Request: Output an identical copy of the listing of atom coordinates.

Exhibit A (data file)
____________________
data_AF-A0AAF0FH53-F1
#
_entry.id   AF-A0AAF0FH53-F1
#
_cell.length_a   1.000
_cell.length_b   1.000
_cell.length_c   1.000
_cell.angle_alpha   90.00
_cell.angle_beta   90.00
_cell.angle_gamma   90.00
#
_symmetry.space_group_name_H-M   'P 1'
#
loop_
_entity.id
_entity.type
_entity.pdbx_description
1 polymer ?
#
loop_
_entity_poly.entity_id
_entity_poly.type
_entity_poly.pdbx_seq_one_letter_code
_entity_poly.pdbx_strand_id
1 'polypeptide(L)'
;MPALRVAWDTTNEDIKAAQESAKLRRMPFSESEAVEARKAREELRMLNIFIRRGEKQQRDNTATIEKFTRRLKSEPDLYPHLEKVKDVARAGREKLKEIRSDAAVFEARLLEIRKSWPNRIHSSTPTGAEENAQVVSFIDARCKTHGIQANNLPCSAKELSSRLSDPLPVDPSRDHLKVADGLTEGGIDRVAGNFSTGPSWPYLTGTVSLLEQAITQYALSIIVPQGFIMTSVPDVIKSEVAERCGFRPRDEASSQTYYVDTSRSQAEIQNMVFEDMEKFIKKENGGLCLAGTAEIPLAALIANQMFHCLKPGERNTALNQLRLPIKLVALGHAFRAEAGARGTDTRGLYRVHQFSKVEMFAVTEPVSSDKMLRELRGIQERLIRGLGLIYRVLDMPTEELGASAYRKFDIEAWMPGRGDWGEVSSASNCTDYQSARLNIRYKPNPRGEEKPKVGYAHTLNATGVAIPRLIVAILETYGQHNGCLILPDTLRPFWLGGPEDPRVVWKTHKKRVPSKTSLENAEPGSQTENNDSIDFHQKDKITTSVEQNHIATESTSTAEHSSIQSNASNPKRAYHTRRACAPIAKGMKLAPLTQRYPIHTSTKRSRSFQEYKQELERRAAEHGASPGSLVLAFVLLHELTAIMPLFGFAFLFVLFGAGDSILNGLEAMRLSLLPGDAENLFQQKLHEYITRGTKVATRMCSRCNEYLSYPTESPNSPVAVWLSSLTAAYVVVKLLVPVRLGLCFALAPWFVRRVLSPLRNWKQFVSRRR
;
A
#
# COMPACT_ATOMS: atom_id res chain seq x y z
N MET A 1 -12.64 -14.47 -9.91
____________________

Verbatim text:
data_AF-A0AAF0FH53-F1
#
_entry.id   AF-A0AAF0FH53-F1
#
_cell.length_a   1.000
_cell.length_b   1.000
_cell.length_c   1.000
_cell.angle_alpha   90.00
_cell.angle_beta   90.00
_cell.angle_gamma   90.00
#
_symmetry.space_group_name_H-M   'P 1'
#
loop_
_entity.id
_entity.type
_entity.pdbx_description
1 polymer ?
#
loop_
_entity_poly.entity_id
_entity_poly.type
_entity_poly.pdbx_seq_one_letter_code
_entity_poly.pdbx_strand_id
1 'polypeptide(L)'
;MPALRVAWDTTNEDIKAAQESAKLRRMPFSESEAVEARKAREELRMLNIFIRRGEKQQRDNTATIEKFTRRLKSEPDLYPHLEKVKDVARAGREKLKEIRSDAAVFEARLLEIRKSWPNRIHSSTPTGAEENAQVVSFIDARCKTHGIQANNLPCSAKELSSRLSDPLPVDPSRDHLKVADGLTEGGIDRVAGNFSTGPSWPYLTGTVSLLEQAITQYALSIIVPQGFIMTSVPDVIKSEVAERCGFRPRDEASSQTYYVDTSRSQAEIQNMVFEDMEKFIKKENGGLCLAGTAEIPLAALIANQMFHCLKPGERNTALNQLRLPIKLVALGHAFRAEAGARGTDTRGLYRVHQFSKVEMFAVTEPVSSDKMLRELRGIQERLIRGLGLIYRVLDMPTEELGASAYRKFDIEAWMPGRGDWGEVSSASNCTDYQSARLNIRYKPNPRGEEKPKVGYAHTLNATGVAIPRLIVAILETYGQHNGCLILPDTLRPFWLGGPEDPRVVWKTHKKRVPSKTSLENAEPGSQTENNDSIDFHQKDKITTSVEQNHIATESTSTAEHSSIQSNASNPKRAYHTRRACAPIAKGMKLAPLTQRYPIHTSTKRSRSFQEYKQELERRAAEHGASPGSLVLAFVLLHELTAIMPLFGFAFLFVLFGAGDSILNGLEAMRLSLLPGDAENLFQQKLHEYITRGTKVATRMCSRCNEYLSYPTESPNSPVAVWLSSLTAAYVVVKLLVPVRLGLCFALAPWFVRRVLSPLRNWKQFVSRRR
;
A
#
# COMPACT_ATOMS: atom_id res chain seq x y z
N MET A 1 -12.64 -14.47 -9.91